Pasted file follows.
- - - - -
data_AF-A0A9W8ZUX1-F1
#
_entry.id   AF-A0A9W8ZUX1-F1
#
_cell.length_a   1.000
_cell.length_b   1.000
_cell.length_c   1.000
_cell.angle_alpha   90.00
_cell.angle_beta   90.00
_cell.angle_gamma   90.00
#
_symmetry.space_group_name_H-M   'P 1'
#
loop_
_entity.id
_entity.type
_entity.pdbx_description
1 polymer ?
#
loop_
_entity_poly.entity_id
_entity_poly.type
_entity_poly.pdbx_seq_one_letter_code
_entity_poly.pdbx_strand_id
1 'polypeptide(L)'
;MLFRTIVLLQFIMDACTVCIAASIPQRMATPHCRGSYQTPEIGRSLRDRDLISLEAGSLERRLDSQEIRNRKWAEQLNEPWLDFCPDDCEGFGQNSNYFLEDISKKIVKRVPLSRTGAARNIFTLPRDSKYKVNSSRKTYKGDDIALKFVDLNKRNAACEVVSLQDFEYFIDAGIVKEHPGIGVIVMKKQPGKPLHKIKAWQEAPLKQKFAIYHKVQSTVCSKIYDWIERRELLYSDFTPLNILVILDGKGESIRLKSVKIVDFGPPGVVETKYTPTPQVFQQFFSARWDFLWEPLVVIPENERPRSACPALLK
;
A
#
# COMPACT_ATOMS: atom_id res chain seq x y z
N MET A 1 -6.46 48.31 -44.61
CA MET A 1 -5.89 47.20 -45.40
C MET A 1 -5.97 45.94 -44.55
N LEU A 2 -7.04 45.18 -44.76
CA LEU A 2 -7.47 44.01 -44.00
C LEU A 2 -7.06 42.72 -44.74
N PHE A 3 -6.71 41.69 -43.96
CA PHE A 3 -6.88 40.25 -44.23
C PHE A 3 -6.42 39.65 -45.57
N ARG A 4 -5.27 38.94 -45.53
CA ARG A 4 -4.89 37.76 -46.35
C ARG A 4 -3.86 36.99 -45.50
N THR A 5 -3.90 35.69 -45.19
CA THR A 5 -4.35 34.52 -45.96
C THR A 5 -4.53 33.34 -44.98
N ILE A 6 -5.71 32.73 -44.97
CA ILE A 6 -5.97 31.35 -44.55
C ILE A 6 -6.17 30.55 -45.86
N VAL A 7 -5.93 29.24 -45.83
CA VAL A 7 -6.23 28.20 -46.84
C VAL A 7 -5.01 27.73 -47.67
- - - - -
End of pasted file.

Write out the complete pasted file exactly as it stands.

data_AF-A0A9W8ZUX1-F1
#
_entry.id   AF-A0A9W8ZUX1-F1
#
_cell.length_a   1.000
_cell.length_b   1.000
_cell.length_c   1.000
_cell.angle_alpha   90.00
_cell.angle_beta   90.00
_cell.angle_gamma   90.00
#
_symmetry.space_group_name_H-M   'P 1'
#
loop_
_entity.id
_entity.type
_entity.pdbx_description
1 polymer ?
#
loop_
_entity_poly.entity_id
_entity_poly.type
_entity_poly.pdbx_seq_one_letter_code
_entity_poly.pdbx_strand_id
1 'polypeptide(L)'
;MLFRTIVLLQFIMDACTVCIAASIPQRMATPHCRGSYQTPEIGRSLRDRDLISLEAGSLERRLDSQEIRNRKWAEQLNEPWLDFCPDDCEGFGQNSNYFLEDISKKIVKRVPLSRTGAARNIFTLPRDSKYKVNSSRKTYKGDDIALKFVDLNKRNAACEVVSLQDFEYFIDAGIVKEHPGIGVIVMKKQPGKPLHKIKAWQEAPLKQKFAIYHKVQSTVCSKIYDWIERRELLYSDFTPLNILVILDGKGESIRLKSVKIVDFGPPGVVETKYTPTPQVFQQFFSARWDFLWEPLVVIPENERPRSACPALLK
;
A
#
# COMPACT_ATOMS: atom_id res chain seq x y z
N MET A 1 -6.46 48.31 -44.61
CA MET A 1 -5.89 47.20 -45.40
C MET A 1 -5.97 45.94 -44.55
N LEU A 2 -7.04 45.18 -44.76
CA LEU A 2 -7.47 44.01 -44.00
C LEU A 2 -7.06 42.72 -44.74
N PHE A 3 -6.71 41.69 -43.96
CA PHE A 3 -6.88 40.25 -44.23
C PHE A 3 -6.42 39.65 -45.57
N ARG A 4 -5.27 38.94 -45.53
CA ARG A 4 -4.89 37.76 -46.35
C ARG A 4 -3.86 36.99 -45.50
N THR A 5 -3.90 35.69 -45.19
CA THR A 5 -4.35 34.52 -45.96
C THR A 5 -4.53 33.34 -44.98
N ILE A 6 -5.71 32.73 -44.97
CA ILE A 6 -5.97 31.35 -44.55
C ILE A 6 -6.17 30.55 -45.86
N VAL A 7 -5.93 29.24 -45.83
CA VAL A 7 -6.23 28.20 -46.84
C VAL A 7 -5.01 27.73 -47.67